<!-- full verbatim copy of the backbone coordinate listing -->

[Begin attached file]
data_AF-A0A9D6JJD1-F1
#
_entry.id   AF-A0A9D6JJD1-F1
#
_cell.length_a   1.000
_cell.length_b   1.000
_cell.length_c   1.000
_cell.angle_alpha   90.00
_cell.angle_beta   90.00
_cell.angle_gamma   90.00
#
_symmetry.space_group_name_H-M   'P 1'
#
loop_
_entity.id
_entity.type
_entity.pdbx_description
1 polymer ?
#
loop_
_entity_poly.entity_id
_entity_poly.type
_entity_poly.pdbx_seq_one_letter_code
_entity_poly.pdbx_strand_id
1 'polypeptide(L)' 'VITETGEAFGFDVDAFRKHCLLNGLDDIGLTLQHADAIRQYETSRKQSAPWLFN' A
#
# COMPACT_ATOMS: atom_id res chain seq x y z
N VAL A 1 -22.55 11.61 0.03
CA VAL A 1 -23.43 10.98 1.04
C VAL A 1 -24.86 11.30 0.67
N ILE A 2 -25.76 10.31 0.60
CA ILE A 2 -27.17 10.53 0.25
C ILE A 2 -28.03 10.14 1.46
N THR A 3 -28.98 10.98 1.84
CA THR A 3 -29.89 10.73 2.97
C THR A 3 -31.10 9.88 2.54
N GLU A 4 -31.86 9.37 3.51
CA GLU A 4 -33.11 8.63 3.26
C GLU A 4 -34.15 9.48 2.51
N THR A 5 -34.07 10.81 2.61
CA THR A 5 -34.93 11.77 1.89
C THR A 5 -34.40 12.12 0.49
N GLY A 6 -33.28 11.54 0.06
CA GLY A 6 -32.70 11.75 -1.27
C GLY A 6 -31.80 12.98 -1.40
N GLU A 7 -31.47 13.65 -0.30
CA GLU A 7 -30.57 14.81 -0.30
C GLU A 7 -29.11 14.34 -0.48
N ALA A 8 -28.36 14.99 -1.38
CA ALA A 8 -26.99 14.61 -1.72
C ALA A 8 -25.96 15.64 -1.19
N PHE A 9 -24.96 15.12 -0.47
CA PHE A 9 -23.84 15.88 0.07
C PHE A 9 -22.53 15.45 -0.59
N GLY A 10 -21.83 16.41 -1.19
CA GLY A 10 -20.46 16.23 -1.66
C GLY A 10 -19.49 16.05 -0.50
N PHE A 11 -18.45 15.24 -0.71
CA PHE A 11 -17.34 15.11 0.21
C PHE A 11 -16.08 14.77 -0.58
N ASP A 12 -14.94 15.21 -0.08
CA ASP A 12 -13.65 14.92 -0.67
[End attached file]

data_AF-A0A9D6JJD1-F1
#
_entry.id   AF-A0A9D6JJD1-F1
#
_cell.length_a   1.000
_cell.length_b   1.000
_cell.length_c   1.000
_cell.angle_alpha   90.00
_cell.angle_beta   90.00
_cell.angle_gamma   90.00
#
_symmetry.space_group_name_H-M   'P 1'
#
loop_
_entity.id
_entity.type
_entity.pdbx_description
1 polymer ?
#
loop_
_entity_poly.entity_id
_entity_poly.type
_entity_poly.pdbx_seq_one_letter_code
_entity_poly.pdbx_strand_id
1 'polypeptide(L)' 'VITETGEAFGFDVDAFRKHCLLNGLDDIGLTLQHADAIRQYETSRKQSAPWLFN' A
#
# COMPACT_ATOMS: atom_id res chain seq x y z
N VAL A 1 -22.55 11.61 0.03
CA VAL A 1 -23.43 10.98 1.04
C VAL A 1 -24.86 11.30 0.67
N ILE A 2 -25.76 10.31 0.60
CA ILE A 2 -27.17 10.53 0.25
C ILE A 2 -28.03 10.14 1.46
N THR A 3 -28.98 10.98 1.84
CA THR A 3 -29.89 10.73 2.97
C THR A 3 -31.10 9.88 2.54
N GLU A 4 -31.86 9.37 3.51
CA GLU A 4 -33.11 8.63 3.26
C GLU A 4 -34.15 9.48 2.51
N THR A 5 -34.07 10.81 2.61
CA THR A 5 -34.93 11.77 1.89
C THR A 5 -34.40 12.12 0.49
N GLY A 6 -33.28 11.54 0.06
CA GLY A 6 -32.70 11.75 -1.27
C GLY A 6 -31.80 12.98 -1.40
N GLU A 7 -31.47 13.65 -0.30
CA GLU A 7 -30.57 14.81 -0.30
C GLU A 7 -29.11 14.34 -0.48
N ALA A 8 -28.36 14.99 -1.38
CA ALA A 8 -26.99 14.61 -1.72
C ALA A 8 -25.96 15.64 -1.19
N PHE A 9 -24.96 15.12 -0.47
CA PHE A 9 -23.84 15.88 0.07
C PHE A 9 -22.53 15.45 -0.59
N GLY A 10 -21.83 16.41 -1.19
CA GLY A 10 -20.46 16.23 -1.66
C GLY A 10 -19.49 16.05 -0.50
N PHE A 11 -18.45 15.24 -0.71
CA PHE A 11 -17.34 15.11 0.21
C PHE A 11 -16.08 14.77 -0.58
N ASP A 12 -14.94 15.21 -0.08
CA ASP A 12 -13.65 14.92 -0.67